The new rules are designed to expand FRC onto the claims higher in value and into new areas. There is a new intermediate track introduced to cover these cases that might no longer be suitable for the multi-track. The general thinking is that such unsuitable cases should not, just so that they can be dealt with under fixed costs, be transferred to the fast track. Therefore, as per new rules, all civil claims with value of up to £100,000 will be dealt with outside the multi-track, and so will be caught under FRC. With some exceptions applicable to clinical negligence cases, fewer of our cases will be caught up initially. However, currently from April 2024, introducing the light and standard track FRC for lower-value cases means that the majority of clinical negligence claims are likely to be infected with these reforms.

In the absence of suitable admissions, the majority of clinical negligence claims are likely to continue to be dealt with as multi-track claims post-issue, and so not caught by FRC. Nevertheless, there will be some exceptions and, currently from April 2024, pre-action FRC tracks apply to cases potentially valued at under £25,000. We will look at ways in which these rules might result in more clinical negligence cases being caught under these new rules too. Following that, our aim is to summarise the changes and explain their implications on clinical negligence.

This chapter will aim to summarise what the current rules are and what overall changes have been implemented. It is hoped that once this is clear, the next chapters will then explain in more detail the effects on clinical negligence claims and what we could do better in practice.

Implementation of New Rules

The first set of new rules on Fixed Recoverable Costs started to apply for cases where the cause of action arose on or after 1st October 2023.



Fast Track Claims

To remind ourselves, the fast track is very rarely appropriate for clinical negligence cases. It is the normal track for claims that meet the following criteria:

  • value of the claim not higher than £25,000;
  • the trial is likely to last for no longer than one day;
  • oral expert evidence is limited to one expert per party in any expert field; and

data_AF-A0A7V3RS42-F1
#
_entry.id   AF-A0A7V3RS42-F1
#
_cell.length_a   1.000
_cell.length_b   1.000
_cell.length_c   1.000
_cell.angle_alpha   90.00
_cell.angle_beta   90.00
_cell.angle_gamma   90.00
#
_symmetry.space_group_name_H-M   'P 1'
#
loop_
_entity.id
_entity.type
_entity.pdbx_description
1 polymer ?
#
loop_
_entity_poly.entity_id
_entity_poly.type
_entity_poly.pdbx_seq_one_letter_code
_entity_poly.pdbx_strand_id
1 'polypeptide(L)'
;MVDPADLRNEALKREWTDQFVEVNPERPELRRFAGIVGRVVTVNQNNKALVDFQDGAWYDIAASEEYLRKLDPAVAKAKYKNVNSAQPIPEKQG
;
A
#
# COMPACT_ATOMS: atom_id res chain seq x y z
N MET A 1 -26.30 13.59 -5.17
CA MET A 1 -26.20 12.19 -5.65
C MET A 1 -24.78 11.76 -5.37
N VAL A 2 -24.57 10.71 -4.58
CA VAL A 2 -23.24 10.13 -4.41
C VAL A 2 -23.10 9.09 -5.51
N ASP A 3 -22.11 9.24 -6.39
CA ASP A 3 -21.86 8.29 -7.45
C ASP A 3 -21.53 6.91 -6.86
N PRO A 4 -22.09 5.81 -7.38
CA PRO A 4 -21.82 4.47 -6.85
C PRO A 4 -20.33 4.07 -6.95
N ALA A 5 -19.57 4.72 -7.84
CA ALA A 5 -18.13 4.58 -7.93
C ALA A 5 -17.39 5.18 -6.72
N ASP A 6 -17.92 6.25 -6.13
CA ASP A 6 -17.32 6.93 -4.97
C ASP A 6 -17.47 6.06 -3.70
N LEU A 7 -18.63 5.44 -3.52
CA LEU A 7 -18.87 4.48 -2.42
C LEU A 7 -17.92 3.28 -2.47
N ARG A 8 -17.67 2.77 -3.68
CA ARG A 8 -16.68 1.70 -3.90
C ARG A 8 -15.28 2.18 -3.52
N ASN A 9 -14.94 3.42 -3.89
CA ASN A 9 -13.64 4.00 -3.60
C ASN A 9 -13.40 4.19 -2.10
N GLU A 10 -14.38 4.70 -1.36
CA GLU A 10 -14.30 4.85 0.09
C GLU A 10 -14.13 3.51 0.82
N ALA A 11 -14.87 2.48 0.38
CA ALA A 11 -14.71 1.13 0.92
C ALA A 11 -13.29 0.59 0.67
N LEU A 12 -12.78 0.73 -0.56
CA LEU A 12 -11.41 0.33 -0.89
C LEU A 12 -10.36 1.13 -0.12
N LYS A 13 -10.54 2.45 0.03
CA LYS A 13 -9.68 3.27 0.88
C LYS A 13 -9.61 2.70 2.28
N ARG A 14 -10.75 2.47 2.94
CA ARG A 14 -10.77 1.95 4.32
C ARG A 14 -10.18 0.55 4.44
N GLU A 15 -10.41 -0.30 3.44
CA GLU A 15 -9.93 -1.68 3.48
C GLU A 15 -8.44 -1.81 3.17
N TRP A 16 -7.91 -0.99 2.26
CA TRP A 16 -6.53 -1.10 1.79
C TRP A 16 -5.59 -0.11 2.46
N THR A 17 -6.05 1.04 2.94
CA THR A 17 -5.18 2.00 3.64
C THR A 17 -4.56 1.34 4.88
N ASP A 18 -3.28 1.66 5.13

• expert evidence is limited to two expert fields.

The majority of civil claims to date that fall under the fast track would be dealt with under FRC, and as per the new rules, all civil cases that will be dealt with under the fast track will be dealt with under the revised FRC rules.

You are right to think that most of the clinical negligence claims tend to be allocated to the multi-track regardless of their value. And so even if the case is allocated to the fast track, the parties would usually be able to demonstrate to the judge that the case should be allocated to the multi-track instead. That is usually associated with the complexity of each clinical negligence matter, and mostly for not meeting the criteria listed above.

It is anticipated that there will be little to add to the existing circumstances and so cases should continue to stay outside of the scope of this track and its rules. However, with further changes coming out related to low value clinical negligence claims in the near future, this might not stay the situation for long. The defendants might also start pushing for clinical negligence claims to meet the above criteria so that they could argue that the case is caught by FRC. As a result, unless one is sure that the case will not meet the above criteria, we should remain mindful about our costs.

Intermediate Track

Until 1st October 2023, any cases that were not suitable to be dealt with under the fast track (if the criteria above are not met, which was the case for the majority of clinical negligence claims) would be allocated to the multi-track.

However, according to new rules, there is now a new track that will cover all cases with a value of between £25,000 and £100,000. Instead of being allocated to the multi-track, they may end up in the intermediate track instead.

The intermediate track will be caught by the FRC regime, and so all cases that will be dealt with under this track will be caught by the new rules.

Once again, clinical negligence has been excluded from this track, unless certain criteria designed for clinical negligence claims are met. Therefore, most of the cases which would normally be allocated to the multi-track, will continue to be dealt with under the multi-track, with some exceptions.

Cases that fall under this exception are claims for clinical negligence where breach of duty and causation have been admitted. Following the CPR Committee November 2023 Minutes, these admissions should be made in the letter of response rather than later (i.e. before issuing proceedings or when the defence is served) for the intermediate track and FRC to apply.

For the claim to be allocated to the intermediate track, the case value would also need to be below £100,000, as otherwise it would proceed to be dealt with in multi-track due to its value.

There are some further nuances related to expert evidence and other criteria that we will discuss in this book. However, unless these criteria are met, clinical negligence cases are technically excluded from the intermediate track.

However, same as with fast track claims, the defendants might seek to implement different strategies and so not to be caught unawares at the end, it will remain our recommendation that we should stay cautious about the possible costs positions unless absolutely sure otherwise.